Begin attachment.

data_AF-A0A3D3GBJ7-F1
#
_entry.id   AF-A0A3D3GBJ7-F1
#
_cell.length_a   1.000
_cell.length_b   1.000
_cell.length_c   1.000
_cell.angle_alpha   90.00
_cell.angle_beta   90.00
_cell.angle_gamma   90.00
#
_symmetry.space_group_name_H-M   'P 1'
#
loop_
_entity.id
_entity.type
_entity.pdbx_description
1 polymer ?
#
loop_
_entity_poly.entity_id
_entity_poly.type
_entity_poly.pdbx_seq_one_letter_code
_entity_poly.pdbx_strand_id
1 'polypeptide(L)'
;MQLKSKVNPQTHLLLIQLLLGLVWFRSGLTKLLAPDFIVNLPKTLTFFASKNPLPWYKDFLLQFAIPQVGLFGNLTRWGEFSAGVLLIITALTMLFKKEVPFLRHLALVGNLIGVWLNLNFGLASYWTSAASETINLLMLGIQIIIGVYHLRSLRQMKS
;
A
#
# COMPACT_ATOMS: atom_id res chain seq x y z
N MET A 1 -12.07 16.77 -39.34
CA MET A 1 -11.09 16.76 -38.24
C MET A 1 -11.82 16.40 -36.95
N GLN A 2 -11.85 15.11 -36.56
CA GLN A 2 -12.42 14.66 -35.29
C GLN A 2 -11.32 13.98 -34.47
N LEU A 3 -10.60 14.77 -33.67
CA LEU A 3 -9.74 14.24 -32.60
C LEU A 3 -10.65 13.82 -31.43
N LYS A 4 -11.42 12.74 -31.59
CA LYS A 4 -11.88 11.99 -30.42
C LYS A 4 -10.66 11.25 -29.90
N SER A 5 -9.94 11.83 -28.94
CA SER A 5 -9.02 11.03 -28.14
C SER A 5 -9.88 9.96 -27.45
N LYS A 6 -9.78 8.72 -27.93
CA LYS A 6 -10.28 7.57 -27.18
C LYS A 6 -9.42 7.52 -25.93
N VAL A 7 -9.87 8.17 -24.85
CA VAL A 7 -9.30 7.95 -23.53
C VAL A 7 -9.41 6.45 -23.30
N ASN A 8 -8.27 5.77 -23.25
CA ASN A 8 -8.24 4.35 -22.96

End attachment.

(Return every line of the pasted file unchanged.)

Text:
data_AF-A0A3D3GBJ7-F1
#
_entry.id   AF-A0A3D3GBJ7-F1
#
_cell.length_a   1.000
_cell.length_b   1.000
_cell.length_c   1.000
_cell.angle_alpha   90.00
_cell.angle_beta   90.00
_cell.angle_gamma   90.00
#
_symmetry.space_group_name_H-M   'P 1'
#
loop_
_entity.id
_entity.type
_entity.pdbx_description
1 polymer ?
#
loop_
_entity_poly.entity_id
_entity_poly.type
_entity_poly.pdbx_seq_one_letter_code
_entity_poly.pdbx_strand_id
1 'polypeptide(L)'
;MQLKSKVNPQTHLLLIQLLLGLVWFRSGLTKLLAPDFIVNLPKTLTFFASKNPLPWYKDFLLQFAIPQVGLFGNLTRWGEFSAGVLLIITALTMLFKKEVPFLRHLALVGNLIGVWLNLNFGLASYWTSAASETINLLMLGIQIIIGVYHLRSLRQMKS
;
A
#
# COMPACT_ATOMS: atom_id res chain seq x y z
N MET A 1 -12.07 16.77 -39.34
CA MET A 1 -11.09 16.76 -38.24
C MET A 1 -11.82 16.40 -36.95
N GLN A 2 -11.85 15.11 -36.56
CA GLN A 2 -12.42 14.66 -35.29
C GLN A 2 -11.32 13.98 -34.47
N LEU A 3 -10.60 14.77 -33.67
CA LEU A 3 -9.74 14.24 -32.60
C LEU A 3 -10.65 13.82 -31.43
N LYS A 4 -11.42 12.74 -31.59
CA LYS A 4 -11.88 11.99 -30.42
C LYS A 4 -10.66 11.25 -29.90
N SER A 5 -9.94 11.83 -28.94
CA SER A 5 -9.02 11.03 -28.14
C SER A 5 -9.88 9.96 -27.45
N LYS A 6 -9.78 8.72 -27.93
CA LYS A 6 -10.28 7.57 -27.18
C LYS A 6 -9.42 7.52 -25.93
N VAL A 7 -9.87 8.17 -24.85
CA VAL A 7 -9.30 7.95 -23.53
C VAL A 7 -9.41 6.45 -23.30
N ASN A 8 -8.27 5.77 -23.25
CA ASN A 8 -8.24 4.35 -22.96